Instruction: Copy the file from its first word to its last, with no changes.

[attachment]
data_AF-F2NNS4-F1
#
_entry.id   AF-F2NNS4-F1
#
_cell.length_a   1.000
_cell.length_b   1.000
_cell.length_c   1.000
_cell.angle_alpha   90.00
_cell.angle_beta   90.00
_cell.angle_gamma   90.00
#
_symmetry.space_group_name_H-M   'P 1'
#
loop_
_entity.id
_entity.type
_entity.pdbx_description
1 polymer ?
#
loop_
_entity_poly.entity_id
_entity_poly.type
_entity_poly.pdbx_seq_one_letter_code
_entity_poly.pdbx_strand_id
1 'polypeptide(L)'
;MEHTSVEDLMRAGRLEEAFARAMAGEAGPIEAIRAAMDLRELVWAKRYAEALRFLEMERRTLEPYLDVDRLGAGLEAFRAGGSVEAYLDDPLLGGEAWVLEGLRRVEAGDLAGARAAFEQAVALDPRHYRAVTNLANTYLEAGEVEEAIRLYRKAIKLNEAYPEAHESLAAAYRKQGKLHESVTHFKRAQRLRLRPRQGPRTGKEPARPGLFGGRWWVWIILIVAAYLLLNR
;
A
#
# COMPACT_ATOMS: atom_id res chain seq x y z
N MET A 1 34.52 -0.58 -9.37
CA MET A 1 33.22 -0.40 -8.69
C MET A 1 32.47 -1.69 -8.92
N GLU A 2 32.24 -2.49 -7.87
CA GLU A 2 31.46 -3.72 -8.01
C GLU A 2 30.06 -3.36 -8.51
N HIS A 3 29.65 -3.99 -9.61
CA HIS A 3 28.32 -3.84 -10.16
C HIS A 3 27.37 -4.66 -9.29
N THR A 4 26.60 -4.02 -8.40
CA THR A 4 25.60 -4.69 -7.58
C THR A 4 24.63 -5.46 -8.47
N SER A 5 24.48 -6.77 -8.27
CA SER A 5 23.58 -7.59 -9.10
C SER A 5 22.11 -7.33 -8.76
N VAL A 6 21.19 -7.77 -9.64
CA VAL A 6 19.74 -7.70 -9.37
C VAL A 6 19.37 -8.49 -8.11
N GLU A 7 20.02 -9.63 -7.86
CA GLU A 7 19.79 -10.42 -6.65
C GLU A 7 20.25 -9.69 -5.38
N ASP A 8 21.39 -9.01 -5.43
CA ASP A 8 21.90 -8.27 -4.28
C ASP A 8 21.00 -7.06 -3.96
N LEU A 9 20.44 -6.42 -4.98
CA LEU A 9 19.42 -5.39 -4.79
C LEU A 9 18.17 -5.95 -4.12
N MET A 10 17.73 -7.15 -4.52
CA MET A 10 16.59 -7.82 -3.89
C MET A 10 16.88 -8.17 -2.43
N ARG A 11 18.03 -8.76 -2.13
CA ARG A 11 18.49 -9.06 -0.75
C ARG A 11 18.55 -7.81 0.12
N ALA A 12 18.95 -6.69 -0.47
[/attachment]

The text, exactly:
data_AF-F2NNS4-F1
#
_entry.id   AF-F2NNS4-F1
#
_cell.length_a   1.000
_cell.length_b   1.000
_cell.length_c   1.000
_cell.angle_alpha   90.00
_cell.angle_beta   90.00
_cell.angle_gamma   90.00
#
_symmetry.space_group_name_H-M   'P 1'
#
loop_
_entity.id
_entity.type
_entity.pdbx_description
1 polymer ?
#
loop_
_entity_poly.entity_id
_entity_poly.type
_entity_poly.pdbx_seq_one_letter_code
_entity_poly.pdbx_strand_id
1 'polypeptide(L)'
;MEHTSVEDLMRAGRLEEAFARAMAGEAGPIEAIRAAMDLRELVWAKRYAEALRFLEMERRTLEPYLDVDRLGAGLEAFRAGGSVEAYLDDPLLGGEAWVLEGLRRVEAGDLAGARAAFEQAVALDPRHYRAVTNLANTYLEAGEVEEAIRLYRKAIKLNEAYPEAHESLAAAYRKQGKLHESVTHFKRAQRLRLRPRQGPRTGKEPARPGLFGGRWWVWIILIVAAYLLLNR
;
A
#
# COMPACT_ATOMS: atom_id res chain seq x y z
N MET A 1 34.52 -0.58 -9.37
CA MET A 1 33.22 -0.40 -8.69
C MET A 1 32.47 -1.69 -8.92
N GLU A 2 32.24 -2.49 -7.87
CA GLU A 2 31.46 -3.72 -8.01
C GLU A 2 30.06 -3.36 -8.51
N HIS A 3 29.65 -3.99 -9.61
CA HIS A 3 28.32 -3.84 -10.16
C HIS A 3 27.37 -4.66 -9.29
N THR A 4 26.60 -4.02 -8.40
CA THR A 4 25.60 -4.69 -7.58
C THR A 4 24.63 -5.46 -8.47
N SER A 5 24.48 -6.77 -8.27
CA SER A 5 23.58 -7.59 -9.10
C SER A 5 22.11 -7.33 -8.76
N VAL A 6 21.19 -7.77 -9.64
CA VAL A 6 19.74 -7.70 -9.37
C VAL A 6 19.37 -8.49 -8.11
N GLU A 7 20.02 -9.63 -7.86
CA GLU A 7 19.79 -10.42 -6.65
C GLU A 7 20.25 -9.69 -5.38
N ASP A 8 21.39 -9.01 -5.43
CA ASP A 8 21.90 -8.27 -4.28
C ASP A 8 21.00 -7.06 -3.96
N LEU A 9 20.44 -6.42 -4.98
CA LEU A 9 19.42 -5.39 -4.79
C LEU A 9 18.17 -5.95 -4.12
N MET A 10 17.73 -7.15 -4.52
CA MET A 10 16.59 -7.82 -3.89
C MET A 10 16.88 -8.17 -2.43
N ARG A 11 18.03 -8.76 -2.13
CA ARG A 11 18.49 -9.06 -0.75
C ARG A 11 18.55 -7.81 0.12
N ALA A 12 18.95 -6.69 -0.47